Needless to say, this works in our tormented hero’s favor, and Keiji is eventually able to master the legendary Mimic-slaying weapon after dozens and dozens of accidental suicides and in-combat fatalities. Don’t think Keiji’s peers don’t recognize his sudden growth, either. Remember, to them he’s still a new recruit. In a more relatable way, this is like entering a course on cardiovascular nanosurgery (or something. Pretend I said something smart.) with your best friend. You both know you’re going to fail, because the material is difficult and the curriculum is stacked against you. But you wake up the next morning and suddenly your best friend is not only the top student in the class, but good enough that he could be teaching the course. That’s bound to catch somebody’s attention, right?
So it’s no mystery when Keiji is out on the battlefield destroying all who oppose him and the blood-red Rita Vrataski goes out of her way to observe his skill. With her observations, she makes a conclusion, and decides it would be best to drop a veritable smart-bomb on our unsuspecting protagonist.
“Hey, you. Yeah, you. How many loops does this make?”
Character-Driven vs Plot-Driven
Both EoT and AYNiK reveal that Rita Vrataski was once a victim to the loops as well, but has since found her way out, albeit by different methods. Because EoT’s loops operate through blood (William Cage killed and assimilated an Alpha’s blood to enter the loops, remember?), she was able to escape by taking a critical wound without dying and getting a blood transfusion. But when Kiriya Keiji destroys his version of the Alpha, his mind is turned into a “transmitter” of sorts, and the only way out is to destroy the backup transmitter. I promise, it makes more sense in-story, but I don’t have the convenience of unwrapping every detail here. As such, if Keiji wants out of the loops, he must successfully kill a very specific, powerful creature, without even knowing where said creature resides.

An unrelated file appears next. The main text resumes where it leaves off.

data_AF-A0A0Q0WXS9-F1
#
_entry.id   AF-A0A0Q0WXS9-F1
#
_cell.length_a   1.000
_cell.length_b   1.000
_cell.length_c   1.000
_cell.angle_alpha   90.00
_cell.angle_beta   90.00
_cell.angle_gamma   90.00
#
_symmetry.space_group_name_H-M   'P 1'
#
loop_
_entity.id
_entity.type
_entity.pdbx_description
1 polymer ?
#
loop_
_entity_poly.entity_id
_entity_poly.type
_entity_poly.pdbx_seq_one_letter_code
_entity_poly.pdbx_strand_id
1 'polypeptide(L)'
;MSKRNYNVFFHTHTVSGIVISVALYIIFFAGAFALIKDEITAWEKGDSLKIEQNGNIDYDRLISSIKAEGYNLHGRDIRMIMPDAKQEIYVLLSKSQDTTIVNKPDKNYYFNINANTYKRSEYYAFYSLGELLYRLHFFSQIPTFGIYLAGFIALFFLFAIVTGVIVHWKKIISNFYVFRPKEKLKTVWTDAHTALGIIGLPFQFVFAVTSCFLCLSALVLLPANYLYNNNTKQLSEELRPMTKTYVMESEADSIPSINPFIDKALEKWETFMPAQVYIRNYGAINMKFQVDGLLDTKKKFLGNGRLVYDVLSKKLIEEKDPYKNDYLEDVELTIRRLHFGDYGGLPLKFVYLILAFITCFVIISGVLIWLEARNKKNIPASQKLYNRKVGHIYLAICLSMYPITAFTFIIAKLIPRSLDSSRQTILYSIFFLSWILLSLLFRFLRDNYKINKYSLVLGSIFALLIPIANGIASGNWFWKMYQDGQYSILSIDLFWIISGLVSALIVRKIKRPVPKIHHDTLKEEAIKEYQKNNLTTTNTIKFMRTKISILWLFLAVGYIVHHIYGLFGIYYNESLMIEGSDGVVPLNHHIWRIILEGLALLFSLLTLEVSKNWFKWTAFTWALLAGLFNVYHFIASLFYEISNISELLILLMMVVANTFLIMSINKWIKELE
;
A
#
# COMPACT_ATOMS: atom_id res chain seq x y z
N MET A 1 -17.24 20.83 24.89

This is where things get more technical. EoT focuses much more on story than it does on character, as most of the conflict is provided by the Mimics–an unsympathetic monster of an enemy. Every action and development is to further the effort against the Mimics, with a brief flash of deviation for character development in the farmhouse. In this scene, Cage and Vrataski have a sentimental moment, and we see Cage intentionally stalling the loop so he can spend time with her. But, instead of undergoing any change, once Rita catches on to what he’s doing, she embraces her stubbornness and gets herself killed again.